How to proofread translations
Ensuring a quality translation requires more than extensive terminological research and grammatical accuracy. Translations should be proofread before they are sent to the client. This is the last part of the revision process and involves a re-reading of the target text to make sure nothing has been overlooked, paying particular attention to the orthography, layout, grammar and syntax.
Read on to find out how to effectively proofread your translations…
1. Spell checker
There are three main types of spell checkers available on the market. Standalone spell checkers were the first to be introduced but these were quickly replaced by word processing packages such as Word Perfect which were later developed to include more languages. More recently, web browsers and social network sites such as Google Chrome, Firefox and Twitter offer spell check options. If the word processing programme you are using does not have a spell check in the language you desire, you can refer to online spell checkers such as spellchecker.net or a specific grammar checker like grammarcheck.me. The latest edition of Microsoft Office also includes a thesaurus, auto-correct list, hyphenator and translation dictionary in English and offers similar services in a range of languages including Catalan and Estonian. However if you have an earlier edition or an older operating system your language packet may not be as extensive. Many Apple Mac applications now have built-in spell checkers but Mac computers may not support certain spell check software so it is advisable to check this with the supplier. Although spell-checkers can be a proofreader’s best friend, you need to be aware of a few problems they may present. For example, it is essential you select the correct language. American English has different orthography to British English so the spell check will apply a different set of rules. If you accidentally type a word that is different to the one you intended (i.e. the instead of then), it will not be indicated as a spelling mistake. A careful re-reading of the target text will help you spot these errors. Moreover, don’t forget to apply your own knowledge; the spell-checker may not recognise certain technical words but this does not mean they do not exist! Beware of auto-correcting. Automatic capitalisation or bullet points are examples of how this can affect the layout. On most spell checkers you can turn off the auto-correct function.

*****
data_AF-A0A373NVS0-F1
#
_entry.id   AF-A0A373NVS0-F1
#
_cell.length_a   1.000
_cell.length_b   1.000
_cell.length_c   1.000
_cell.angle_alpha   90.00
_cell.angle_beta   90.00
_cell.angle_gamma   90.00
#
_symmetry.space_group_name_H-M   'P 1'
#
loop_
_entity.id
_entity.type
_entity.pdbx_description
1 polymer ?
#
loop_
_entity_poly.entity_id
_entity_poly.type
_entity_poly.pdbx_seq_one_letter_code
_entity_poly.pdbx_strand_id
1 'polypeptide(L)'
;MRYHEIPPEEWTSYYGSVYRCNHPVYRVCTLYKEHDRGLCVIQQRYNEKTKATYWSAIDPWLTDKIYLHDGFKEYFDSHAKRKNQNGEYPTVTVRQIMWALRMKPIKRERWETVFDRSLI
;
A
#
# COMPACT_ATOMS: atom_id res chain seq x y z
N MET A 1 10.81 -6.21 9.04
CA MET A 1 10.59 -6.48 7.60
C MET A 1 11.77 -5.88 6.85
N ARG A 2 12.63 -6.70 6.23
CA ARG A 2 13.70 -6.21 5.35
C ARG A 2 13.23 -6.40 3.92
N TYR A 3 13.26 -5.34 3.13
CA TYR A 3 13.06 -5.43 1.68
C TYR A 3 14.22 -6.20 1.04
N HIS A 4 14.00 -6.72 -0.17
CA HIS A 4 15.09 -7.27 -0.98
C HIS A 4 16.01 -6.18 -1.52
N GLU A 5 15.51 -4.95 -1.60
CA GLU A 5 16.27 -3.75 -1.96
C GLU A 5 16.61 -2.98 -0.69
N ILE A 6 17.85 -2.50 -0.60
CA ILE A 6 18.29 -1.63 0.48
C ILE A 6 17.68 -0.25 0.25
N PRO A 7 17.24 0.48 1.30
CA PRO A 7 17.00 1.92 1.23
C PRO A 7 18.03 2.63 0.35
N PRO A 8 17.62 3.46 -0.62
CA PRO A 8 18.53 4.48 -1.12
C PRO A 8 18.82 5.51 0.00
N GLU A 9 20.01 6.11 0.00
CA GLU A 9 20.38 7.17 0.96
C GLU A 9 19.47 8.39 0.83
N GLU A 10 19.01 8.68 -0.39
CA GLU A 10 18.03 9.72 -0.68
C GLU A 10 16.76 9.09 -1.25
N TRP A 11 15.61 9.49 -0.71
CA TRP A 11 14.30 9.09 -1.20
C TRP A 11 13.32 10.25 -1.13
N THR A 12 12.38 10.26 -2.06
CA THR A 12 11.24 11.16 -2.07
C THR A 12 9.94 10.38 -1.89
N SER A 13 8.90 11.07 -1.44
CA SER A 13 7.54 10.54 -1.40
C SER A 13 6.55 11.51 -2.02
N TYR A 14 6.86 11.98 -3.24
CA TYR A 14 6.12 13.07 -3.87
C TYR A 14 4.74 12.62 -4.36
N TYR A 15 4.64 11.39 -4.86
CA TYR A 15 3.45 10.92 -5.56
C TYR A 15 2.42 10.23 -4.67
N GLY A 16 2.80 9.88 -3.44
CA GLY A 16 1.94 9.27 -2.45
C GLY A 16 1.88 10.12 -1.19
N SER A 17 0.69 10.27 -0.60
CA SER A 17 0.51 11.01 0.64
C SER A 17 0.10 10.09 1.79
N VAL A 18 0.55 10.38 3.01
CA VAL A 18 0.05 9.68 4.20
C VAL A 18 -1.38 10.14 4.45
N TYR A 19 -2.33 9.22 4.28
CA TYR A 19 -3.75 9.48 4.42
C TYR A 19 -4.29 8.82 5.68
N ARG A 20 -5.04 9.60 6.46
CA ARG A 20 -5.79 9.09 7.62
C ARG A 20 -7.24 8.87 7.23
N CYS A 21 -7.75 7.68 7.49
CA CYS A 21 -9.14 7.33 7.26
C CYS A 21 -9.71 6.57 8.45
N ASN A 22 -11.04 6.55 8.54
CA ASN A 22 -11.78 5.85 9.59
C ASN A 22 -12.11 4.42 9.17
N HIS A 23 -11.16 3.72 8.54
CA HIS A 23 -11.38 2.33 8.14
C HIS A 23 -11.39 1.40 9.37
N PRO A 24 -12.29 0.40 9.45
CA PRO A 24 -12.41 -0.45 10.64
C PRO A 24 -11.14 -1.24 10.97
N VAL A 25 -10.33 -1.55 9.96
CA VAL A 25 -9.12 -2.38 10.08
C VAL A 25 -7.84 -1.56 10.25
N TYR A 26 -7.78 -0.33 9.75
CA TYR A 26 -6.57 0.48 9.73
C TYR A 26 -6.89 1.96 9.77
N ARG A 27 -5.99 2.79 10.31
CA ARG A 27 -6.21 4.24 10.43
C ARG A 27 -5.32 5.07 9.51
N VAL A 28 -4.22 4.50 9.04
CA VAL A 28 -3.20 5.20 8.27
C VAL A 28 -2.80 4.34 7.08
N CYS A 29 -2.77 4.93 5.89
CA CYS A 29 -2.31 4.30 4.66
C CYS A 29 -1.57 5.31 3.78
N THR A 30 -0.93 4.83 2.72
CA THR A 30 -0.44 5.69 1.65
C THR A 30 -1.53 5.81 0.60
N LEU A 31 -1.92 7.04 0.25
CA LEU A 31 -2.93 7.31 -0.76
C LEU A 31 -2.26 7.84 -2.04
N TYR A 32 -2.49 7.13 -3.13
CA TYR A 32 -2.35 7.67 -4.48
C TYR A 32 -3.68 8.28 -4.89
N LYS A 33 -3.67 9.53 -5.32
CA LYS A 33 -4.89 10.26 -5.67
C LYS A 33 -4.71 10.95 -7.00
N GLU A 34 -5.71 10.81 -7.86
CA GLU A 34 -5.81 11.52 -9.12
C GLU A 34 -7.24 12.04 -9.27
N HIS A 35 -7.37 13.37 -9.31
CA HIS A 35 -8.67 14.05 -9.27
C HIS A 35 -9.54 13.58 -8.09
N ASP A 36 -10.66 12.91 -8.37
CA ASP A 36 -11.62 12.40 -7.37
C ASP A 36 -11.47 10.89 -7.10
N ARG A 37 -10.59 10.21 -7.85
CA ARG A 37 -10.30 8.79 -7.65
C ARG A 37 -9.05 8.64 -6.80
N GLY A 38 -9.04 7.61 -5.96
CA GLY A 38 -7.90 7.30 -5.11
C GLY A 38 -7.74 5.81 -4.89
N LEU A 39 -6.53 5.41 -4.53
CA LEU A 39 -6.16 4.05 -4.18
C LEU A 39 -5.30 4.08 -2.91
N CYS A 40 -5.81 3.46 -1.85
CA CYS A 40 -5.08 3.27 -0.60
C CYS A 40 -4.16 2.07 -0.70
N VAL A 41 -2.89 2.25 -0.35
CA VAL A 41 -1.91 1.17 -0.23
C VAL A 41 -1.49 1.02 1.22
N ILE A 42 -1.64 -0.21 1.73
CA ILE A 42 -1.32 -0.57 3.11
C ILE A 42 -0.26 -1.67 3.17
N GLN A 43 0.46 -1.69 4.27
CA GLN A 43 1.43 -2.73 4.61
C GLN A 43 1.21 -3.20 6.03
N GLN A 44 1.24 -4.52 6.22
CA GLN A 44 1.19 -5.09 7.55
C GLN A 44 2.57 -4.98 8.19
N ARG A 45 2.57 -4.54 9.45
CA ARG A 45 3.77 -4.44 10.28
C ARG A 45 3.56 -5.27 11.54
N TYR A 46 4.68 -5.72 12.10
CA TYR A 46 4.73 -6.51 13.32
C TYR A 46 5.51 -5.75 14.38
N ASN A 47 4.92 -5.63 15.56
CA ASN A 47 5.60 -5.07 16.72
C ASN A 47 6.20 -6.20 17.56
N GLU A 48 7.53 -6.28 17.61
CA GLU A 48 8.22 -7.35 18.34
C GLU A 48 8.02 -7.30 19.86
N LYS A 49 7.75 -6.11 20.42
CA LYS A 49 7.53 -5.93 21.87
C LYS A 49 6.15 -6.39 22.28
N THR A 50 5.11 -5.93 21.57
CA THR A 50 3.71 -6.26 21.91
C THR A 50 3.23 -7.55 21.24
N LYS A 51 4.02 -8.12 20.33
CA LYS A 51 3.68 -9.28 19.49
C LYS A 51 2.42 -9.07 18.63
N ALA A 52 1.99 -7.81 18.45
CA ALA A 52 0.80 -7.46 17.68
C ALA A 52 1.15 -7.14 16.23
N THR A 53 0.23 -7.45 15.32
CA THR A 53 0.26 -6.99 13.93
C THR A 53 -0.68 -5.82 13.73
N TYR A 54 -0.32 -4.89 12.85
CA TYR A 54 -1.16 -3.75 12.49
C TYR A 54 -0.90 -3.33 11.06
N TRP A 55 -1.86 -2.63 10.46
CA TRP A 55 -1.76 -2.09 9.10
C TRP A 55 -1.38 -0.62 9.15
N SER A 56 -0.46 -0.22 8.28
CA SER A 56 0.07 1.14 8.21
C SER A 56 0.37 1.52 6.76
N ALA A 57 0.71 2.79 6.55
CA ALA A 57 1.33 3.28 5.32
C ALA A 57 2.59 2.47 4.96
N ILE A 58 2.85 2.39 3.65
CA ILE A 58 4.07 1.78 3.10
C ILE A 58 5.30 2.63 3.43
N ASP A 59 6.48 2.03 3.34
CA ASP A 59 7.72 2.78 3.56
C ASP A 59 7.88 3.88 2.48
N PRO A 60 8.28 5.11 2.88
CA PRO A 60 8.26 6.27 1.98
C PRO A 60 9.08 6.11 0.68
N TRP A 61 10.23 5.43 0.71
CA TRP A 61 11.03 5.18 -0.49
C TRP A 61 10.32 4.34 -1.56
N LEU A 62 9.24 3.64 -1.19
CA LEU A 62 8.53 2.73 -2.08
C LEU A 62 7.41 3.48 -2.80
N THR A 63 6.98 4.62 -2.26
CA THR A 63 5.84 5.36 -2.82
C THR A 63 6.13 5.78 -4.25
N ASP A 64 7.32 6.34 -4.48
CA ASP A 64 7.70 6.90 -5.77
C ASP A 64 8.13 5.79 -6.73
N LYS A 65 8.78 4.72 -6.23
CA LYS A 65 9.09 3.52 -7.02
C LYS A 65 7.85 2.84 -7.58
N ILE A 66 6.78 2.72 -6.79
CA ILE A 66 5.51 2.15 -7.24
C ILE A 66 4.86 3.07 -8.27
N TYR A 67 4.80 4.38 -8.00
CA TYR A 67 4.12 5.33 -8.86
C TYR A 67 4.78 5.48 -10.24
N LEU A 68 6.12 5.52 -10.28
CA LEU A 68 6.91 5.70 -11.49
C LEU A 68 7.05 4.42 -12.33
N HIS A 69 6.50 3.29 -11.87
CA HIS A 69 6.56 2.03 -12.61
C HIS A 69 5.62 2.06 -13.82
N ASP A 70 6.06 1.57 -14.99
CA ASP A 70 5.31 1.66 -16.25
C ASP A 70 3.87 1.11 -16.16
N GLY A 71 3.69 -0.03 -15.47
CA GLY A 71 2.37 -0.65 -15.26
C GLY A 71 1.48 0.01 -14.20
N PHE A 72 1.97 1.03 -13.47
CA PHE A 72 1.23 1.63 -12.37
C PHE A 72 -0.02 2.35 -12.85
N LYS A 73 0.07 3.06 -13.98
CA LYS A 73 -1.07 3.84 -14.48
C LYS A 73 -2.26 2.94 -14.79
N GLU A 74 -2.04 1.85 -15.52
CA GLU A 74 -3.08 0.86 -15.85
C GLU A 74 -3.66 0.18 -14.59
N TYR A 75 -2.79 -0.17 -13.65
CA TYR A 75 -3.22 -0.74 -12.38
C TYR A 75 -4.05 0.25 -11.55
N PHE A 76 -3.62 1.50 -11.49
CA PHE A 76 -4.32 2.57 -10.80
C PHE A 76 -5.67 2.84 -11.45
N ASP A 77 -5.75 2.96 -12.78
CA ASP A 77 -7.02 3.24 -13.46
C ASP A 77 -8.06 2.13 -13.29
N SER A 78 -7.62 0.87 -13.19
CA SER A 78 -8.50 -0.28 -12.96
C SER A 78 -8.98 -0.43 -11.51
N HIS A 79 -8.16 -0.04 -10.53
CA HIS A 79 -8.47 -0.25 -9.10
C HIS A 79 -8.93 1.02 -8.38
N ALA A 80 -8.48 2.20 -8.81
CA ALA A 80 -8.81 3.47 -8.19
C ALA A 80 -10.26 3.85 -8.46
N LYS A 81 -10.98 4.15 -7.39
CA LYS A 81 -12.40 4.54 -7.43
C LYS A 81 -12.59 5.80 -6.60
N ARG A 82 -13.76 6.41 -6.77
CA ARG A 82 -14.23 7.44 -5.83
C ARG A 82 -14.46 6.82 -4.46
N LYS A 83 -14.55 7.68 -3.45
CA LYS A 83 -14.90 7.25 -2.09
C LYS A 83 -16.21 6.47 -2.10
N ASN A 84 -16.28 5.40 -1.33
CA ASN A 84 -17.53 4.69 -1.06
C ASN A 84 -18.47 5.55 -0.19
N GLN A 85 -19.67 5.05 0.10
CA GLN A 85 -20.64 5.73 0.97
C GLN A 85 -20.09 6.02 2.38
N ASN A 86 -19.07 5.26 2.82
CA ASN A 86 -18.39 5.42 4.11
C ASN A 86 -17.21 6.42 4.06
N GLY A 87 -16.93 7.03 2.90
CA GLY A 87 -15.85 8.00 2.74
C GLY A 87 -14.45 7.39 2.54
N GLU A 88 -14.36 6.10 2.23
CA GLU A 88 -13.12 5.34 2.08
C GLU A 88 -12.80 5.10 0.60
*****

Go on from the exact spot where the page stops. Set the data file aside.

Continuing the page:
2. Take a break
Never underestimate the effectiveness of taking a break from your text. After giving your eyes a rest and switching off for a few minutes you will be able to focus more easily and spot errors more quickly. If there is a particular phrase that you are unsure of, try highlighting it and coming back to it later. Sometimes the solution becomes clear to you after a short break.
In order to proofread properly you need to maximise your concentration. Each person has their own techniques for concentration. You may work best in total silence or with background music. It may help you to do some brain gym exercises in order to focus your mind. People can concentrate for different time lengths so work out how long you can focus for before you need a break. Always make sure you are sitting in a comfortably at the desk and have any resources on hand so you can work more effectively.